Takabuki was a member of the 442nd Regiment, and fought in Europe during WWII. During the early 1950s, he served as president of the 442nd Veterans Club.
As an attorney, he worked with Chinn Ho on some of the largest financial and real estate deals in the Islands.
Takabuki was elected to the Honolulu City Council, then known as the Board of Supervisors, in 1952 and served the council for 16 years, a full eight terms.
Takabuki was former Hawaii governor John A. Burns' campaign organizer and later closest adviser.
Governor Burns pushed for the appointment of Takabuki by the Hawaii State Supreme Court to Board of Trustees of the Bishop Estate in 1971. All the members of the Hawaii State Supreme Court were Governor Burns' apointees by that time. The appointment also came at a time when protests were ongoing in Kalama Valley where the Bishop Estate was evicting farmers in favor of a residential development. Several dozen Hawaiians picketed the Bishop Estate headquarters and the Hawaii Supreme Court against the Takabuki appointment. Later, on July 17, 1971, more than 1,000 Hawaiians marched through Waikiki in protest of the appointment of Takabuki. In the end, Takabuki gained the appointment and the bells of Kawaihao Church tolled in disappointment. The events pushed the growth of the nascent Hawaiian sovereignty movement.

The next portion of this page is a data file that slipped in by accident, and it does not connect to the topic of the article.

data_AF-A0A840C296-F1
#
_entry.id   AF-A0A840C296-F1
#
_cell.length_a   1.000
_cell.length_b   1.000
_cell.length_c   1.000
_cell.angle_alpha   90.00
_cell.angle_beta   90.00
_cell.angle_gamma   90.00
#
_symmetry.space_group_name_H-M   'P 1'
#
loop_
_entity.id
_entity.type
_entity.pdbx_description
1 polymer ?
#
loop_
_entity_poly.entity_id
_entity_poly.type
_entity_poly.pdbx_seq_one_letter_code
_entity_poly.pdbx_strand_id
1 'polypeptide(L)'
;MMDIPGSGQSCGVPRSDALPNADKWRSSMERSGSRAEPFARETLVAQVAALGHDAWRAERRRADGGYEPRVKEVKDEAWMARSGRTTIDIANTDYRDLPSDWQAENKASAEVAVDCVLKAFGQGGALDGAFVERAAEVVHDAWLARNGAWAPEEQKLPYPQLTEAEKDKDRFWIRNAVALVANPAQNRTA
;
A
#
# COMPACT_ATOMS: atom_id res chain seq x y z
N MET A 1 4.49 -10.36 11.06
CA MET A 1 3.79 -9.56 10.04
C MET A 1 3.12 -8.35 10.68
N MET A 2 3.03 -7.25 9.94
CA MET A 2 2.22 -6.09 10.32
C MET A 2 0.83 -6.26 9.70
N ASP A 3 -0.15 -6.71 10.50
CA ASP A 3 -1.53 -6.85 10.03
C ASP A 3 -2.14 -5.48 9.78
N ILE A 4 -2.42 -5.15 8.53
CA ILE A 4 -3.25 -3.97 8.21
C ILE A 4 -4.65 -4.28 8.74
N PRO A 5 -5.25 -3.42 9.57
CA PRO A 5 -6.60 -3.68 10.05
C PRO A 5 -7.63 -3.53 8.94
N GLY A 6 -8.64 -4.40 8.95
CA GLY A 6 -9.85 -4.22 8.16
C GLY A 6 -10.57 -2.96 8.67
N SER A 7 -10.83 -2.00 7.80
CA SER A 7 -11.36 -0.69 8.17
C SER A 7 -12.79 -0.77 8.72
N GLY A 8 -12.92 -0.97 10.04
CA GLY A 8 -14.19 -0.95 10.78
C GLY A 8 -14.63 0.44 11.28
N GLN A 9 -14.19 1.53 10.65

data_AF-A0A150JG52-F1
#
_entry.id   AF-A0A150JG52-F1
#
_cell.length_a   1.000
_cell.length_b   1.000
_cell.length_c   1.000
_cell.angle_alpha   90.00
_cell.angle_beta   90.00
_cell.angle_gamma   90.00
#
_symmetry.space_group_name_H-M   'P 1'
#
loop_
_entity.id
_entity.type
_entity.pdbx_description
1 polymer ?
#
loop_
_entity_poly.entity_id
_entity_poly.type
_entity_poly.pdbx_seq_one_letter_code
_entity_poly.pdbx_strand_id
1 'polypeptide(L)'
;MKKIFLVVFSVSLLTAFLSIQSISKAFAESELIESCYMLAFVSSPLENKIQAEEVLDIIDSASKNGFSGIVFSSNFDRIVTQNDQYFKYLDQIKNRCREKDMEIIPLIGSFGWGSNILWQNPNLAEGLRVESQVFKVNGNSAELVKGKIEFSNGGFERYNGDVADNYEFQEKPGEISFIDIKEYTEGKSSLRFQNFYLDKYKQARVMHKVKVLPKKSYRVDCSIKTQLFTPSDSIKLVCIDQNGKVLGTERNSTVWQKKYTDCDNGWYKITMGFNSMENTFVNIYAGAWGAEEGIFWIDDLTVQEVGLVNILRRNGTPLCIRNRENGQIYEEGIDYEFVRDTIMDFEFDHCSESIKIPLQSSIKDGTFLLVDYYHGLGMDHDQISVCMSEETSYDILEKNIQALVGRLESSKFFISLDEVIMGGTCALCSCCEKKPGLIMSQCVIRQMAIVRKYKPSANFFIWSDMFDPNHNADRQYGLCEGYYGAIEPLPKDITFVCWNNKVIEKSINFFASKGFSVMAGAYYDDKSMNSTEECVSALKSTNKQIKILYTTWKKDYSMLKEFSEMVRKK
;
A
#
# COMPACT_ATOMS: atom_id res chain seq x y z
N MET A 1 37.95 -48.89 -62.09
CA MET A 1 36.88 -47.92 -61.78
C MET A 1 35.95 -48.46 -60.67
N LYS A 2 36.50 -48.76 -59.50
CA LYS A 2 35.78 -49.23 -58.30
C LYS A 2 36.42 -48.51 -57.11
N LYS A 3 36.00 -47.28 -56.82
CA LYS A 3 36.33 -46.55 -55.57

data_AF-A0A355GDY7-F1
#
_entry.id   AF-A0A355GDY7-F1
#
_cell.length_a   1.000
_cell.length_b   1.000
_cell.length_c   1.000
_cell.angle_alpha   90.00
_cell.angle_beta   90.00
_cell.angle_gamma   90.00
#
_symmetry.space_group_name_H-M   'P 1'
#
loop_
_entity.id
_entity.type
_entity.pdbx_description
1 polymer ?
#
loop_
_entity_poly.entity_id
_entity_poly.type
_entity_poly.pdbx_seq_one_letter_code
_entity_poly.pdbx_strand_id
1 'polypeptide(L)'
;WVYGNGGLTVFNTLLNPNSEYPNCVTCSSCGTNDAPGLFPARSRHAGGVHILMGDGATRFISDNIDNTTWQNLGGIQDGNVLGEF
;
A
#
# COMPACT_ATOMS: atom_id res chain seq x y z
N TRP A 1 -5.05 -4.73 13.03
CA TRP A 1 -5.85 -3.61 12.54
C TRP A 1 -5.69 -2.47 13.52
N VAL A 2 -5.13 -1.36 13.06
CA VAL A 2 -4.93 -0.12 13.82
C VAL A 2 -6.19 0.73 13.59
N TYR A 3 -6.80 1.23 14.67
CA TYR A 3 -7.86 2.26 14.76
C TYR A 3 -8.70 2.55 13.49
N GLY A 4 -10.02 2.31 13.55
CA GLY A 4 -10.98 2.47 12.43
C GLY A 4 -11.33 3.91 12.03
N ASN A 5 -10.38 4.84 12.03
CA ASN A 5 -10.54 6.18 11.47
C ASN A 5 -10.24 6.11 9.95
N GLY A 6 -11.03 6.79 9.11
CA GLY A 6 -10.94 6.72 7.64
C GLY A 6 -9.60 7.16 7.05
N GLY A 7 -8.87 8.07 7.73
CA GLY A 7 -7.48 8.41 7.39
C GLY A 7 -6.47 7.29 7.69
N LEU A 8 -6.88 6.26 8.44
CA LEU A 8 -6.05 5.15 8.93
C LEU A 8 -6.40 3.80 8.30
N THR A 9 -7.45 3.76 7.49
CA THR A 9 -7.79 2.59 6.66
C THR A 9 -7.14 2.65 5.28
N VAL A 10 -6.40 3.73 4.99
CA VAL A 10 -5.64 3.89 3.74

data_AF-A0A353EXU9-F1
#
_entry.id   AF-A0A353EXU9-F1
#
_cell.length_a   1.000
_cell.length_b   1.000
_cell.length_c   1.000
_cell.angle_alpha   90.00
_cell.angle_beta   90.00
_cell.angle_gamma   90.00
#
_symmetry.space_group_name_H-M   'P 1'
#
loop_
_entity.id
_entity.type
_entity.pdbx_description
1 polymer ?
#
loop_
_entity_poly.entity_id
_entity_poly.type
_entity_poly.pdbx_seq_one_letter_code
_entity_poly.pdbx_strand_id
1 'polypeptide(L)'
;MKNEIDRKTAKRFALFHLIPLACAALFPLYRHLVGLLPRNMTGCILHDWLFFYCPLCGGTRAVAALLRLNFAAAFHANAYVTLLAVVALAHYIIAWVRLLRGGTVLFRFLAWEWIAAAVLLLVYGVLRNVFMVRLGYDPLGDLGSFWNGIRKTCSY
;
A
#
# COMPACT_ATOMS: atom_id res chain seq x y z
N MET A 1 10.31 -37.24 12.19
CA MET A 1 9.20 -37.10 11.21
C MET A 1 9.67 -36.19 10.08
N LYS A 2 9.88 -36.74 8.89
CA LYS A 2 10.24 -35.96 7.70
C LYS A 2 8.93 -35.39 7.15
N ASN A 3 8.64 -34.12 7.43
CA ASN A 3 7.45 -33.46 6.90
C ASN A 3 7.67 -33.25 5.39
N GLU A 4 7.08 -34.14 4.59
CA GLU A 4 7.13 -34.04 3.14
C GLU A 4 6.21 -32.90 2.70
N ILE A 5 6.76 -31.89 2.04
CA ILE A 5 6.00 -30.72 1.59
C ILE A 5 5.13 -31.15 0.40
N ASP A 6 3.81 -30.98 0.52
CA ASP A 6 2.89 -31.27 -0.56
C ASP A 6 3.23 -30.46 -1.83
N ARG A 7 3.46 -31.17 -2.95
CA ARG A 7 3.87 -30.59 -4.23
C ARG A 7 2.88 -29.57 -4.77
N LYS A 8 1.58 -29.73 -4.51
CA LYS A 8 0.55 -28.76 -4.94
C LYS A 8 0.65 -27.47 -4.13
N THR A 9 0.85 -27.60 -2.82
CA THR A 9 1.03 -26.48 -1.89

Takabuki took active management of the Trusts' assets. His investment strategies led to a partnership with Goldman Sachs. In a Honolulu Star-Bulletin article, dated February 7, 2001, Rick Daysog reported on the Goldman Sachs investment:
- Established in 1884 to educate children of native Hawaiian ancestry, Kamehameha Schools initially invested $500 million in Goldman starting in 1992 under the direction of then-trustee Matsuo Takabuki.
- Since Goldman's initial public offering in May 1999, the estate has earned more than $1.7 billion from the sale of stock issued by the investment banking firm. The estate has also earned about $900 million in partnership distributions prior to Goldman Sach's public offering. 
Takabuki was a delegate to Democratic National Convention from Hawaii Territory, 1956.
- Takabuki, Matsuo. An Unlikely Revolutionary: Matsuo Takabuki and the Making of Modern Hawai'i. University of Hawaii Press (September 1998). ISBN: 0824820835.
- King, Samuel P. and Roth, Randall, Broken Trust: Greed, Mismanagement, And Political Manipulation at America's Largest Charitable Trust. University of Hawaii Press (March 2006). ISBN: 082483044X.
- Daysog, Rick. From plantation to power: Matsuo Takabuki and Hawaii -- Tracking the former Bishop Estate trustee's life is an exercise rich in history Honolulu Star-Bulletin, September 9, 1998.
- Daysog, Rick. Takabuki helped make Bishop Estate wealthy Honolulu Star-Bulletin, October 4, 1999.